The SAMOC initiative originally involved scientists from Argentina, Brazil, France, Italy, Germany, Russia, the Netherlands, the UK and the US. However, it was met with resistance from the main scientific community, which preferred to observe the AMOC in the North Atlantic and its impact on the weather and climate of countries bordering the North Atlantic. This is described in a comment paper from the special collection.

To measure the AMOC, scientists need trans-basin, and boundary current moored arrays as well as ship-based hydrographic transects.

However, oceanographic campaigns are a very expensive business and present an obstacle to scientists from the global south. For instance, a research vessel can cost anywhere from £30,000 to £80,000 per day out at sea.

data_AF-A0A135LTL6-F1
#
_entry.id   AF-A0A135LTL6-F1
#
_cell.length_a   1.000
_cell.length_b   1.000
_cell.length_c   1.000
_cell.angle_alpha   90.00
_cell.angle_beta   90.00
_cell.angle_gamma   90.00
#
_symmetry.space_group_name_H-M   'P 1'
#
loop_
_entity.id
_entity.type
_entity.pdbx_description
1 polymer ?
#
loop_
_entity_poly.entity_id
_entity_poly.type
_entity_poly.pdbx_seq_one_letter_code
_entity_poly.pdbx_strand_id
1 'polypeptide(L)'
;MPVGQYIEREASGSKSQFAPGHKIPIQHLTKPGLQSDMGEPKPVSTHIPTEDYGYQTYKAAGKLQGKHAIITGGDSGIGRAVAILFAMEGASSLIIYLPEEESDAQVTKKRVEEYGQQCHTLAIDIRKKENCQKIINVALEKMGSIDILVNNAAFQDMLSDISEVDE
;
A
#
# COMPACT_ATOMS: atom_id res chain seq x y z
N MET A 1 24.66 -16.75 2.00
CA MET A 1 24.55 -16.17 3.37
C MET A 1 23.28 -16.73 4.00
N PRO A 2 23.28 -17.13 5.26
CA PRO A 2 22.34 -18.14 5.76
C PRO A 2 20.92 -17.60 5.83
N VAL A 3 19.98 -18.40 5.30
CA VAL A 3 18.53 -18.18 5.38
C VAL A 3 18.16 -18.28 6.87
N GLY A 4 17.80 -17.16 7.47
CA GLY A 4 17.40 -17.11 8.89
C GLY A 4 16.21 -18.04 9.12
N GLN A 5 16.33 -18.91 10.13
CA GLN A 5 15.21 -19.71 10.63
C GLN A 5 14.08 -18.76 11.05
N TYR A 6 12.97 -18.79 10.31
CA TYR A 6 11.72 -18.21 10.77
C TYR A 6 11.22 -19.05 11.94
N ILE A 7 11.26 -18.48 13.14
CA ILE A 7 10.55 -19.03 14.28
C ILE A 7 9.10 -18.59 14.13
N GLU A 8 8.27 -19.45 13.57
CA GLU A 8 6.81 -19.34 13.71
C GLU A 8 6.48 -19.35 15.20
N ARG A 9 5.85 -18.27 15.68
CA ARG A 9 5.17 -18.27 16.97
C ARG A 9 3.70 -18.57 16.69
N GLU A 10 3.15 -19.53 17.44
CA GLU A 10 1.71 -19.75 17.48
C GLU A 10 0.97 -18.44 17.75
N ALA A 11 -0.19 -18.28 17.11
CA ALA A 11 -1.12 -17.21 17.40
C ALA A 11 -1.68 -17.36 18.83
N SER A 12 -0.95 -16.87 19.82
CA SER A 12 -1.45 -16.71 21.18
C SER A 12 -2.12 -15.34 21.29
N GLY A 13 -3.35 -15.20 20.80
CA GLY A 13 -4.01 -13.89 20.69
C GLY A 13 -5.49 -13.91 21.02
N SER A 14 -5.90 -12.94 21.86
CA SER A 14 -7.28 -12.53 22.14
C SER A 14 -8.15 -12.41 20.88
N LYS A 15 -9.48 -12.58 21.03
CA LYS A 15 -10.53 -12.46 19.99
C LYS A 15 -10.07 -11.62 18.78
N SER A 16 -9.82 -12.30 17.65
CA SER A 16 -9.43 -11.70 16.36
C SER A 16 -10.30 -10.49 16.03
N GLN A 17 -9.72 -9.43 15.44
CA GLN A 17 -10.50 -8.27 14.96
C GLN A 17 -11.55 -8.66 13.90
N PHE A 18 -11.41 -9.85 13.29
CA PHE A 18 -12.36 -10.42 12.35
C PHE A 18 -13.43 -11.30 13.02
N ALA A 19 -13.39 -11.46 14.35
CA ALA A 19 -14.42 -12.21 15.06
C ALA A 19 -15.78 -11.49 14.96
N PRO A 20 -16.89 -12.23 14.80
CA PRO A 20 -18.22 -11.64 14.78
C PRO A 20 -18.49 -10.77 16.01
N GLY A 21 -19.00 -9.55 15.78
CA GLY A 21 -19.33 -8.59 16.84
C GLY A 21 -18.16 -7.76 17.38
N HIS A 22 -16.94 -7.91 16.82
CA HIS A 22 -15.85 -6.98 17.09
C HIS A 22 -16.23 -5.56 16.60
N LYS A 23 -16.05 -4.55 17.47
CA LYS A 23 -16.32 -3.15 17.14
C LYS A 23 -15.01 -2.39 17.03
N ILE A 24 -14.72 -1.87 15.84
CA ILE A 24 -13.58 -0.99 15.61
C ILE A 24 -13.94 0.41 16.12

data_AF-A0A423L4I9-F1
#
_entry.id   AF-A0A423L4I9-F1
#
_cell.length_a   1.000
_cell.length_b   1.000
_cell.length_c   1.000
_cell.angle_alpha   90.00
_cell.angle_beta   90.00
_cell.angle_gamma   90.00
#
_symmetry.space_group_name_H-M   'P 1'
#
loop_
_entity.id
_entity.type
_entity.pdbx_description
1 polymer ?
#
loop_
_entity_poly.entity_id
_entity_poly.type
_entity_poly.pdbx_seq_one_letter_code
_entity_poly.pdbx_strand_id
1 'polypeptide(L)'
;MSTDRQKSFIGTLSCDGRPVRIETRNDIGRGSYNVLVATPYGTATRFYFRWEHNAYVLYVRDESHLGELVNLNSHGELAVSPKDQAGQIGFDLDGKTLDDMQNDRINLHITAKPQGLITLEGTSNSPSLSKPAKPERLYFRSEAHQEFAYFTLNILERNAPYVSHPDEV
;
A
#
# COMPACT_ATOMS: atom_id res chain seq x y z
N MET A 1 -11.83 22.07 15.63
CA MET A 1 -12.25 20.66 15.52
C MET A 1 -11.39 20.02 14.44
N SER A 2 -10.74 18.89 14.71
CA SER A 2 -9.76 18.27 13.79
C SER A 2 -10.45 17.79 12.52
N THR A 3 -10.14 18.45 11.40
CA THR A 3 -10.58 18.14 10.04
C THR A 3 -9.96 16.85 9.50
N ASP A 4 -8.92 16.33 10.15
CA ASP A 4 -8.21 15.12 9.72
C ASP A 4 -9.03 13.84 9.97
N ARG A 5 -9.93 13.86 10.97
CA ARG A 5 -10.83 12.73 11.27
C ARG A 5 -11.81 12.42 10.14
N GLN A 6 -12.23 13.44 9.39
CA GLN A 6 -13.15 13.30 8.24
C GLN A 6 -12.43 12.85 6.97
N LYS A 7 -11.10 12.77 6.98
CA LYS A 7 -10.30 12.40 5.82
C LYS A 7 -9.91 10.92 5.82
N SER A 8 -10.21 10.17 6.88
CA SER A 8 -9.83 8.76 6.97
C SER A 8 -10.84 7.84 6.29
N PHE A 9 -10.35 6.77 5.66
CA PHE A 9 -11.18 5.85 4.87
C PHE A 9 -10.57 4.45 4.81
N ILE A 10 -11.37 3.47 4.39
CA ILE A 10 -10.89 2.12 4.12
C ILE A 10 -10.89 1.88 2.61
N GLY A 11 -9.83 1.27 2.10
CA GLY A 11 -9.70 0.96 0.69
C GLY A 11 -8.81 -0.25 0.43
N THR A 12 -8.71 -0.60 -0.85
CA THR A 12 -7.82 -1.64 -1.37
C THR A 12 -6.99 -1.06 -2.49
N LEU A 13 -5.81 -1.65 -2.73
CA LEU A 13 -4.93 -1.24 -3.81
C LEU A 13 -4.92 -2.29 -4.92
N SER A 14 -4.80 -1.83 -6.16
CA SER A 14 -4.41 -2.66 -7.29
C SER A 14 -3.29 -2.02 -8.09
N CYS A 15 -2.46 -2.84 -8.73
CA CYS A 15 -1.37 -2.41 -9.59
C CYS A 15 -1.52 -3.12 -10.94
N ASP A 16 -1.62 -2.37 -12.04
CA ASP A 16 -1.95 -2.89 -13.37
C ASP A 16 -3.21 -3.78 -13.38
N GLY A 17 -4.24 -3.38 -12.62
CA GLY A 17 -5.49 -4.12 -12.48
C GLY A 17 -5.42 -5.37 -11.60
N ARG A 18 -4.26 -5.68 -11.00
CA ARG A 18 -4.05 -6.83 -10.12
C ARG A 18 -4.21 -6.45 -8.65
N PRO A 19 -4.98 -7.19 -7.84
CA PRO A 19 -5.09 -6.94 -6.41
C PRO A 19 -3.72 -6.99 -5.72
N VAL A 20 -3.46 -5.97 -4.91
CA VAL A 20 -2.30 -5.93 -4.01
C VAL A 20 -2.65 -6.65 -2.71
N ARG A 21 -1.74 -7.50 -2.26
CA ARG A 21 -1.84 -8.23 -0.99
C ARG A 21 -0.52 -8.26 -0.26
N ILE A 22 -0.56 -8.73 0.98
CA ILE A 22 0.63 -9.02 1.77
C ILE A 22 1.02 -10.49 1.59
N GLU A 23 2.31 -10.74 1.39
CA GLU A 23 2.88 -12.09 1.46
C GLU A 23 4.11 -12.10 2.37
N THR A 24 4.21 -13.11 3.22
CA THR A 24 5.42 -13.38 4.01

The use of robotics or autonomous devices as an alternative is limited for the proposed scientific questions and also prohibitive in terms of costs. An ARGO float costs between  £20,000 and £80,000, an underwater glider between £100,000 and £120,000, and an underwater drone has an operating daily cost of £2,000.

In spite of the obstacles, the success of the SAMOC initiative can be explained by its community, which is driven by a shared vision, well-defined goals and a grassroots sharing of resources rather than unified pools of funding. This allowed the equal participation of scientists from the global south and north, which, in turn, can reduce the challenges of sustainable development in the deep and open South Atlantic ocean, according to the perspective from the special collection.

Additionally, there is also a better gender balance, with women leading many of the SAMOC research cruises as principal investigators. 

SAMOC scientists working on cruises in the South Atlantic. Dr Renellys Perez (left) deploying a moored buoy in the tropical Atlantic, 2021, and Dr Maria Paz Chidichimo (right) deploying a CTD rosette in the Drake Passage.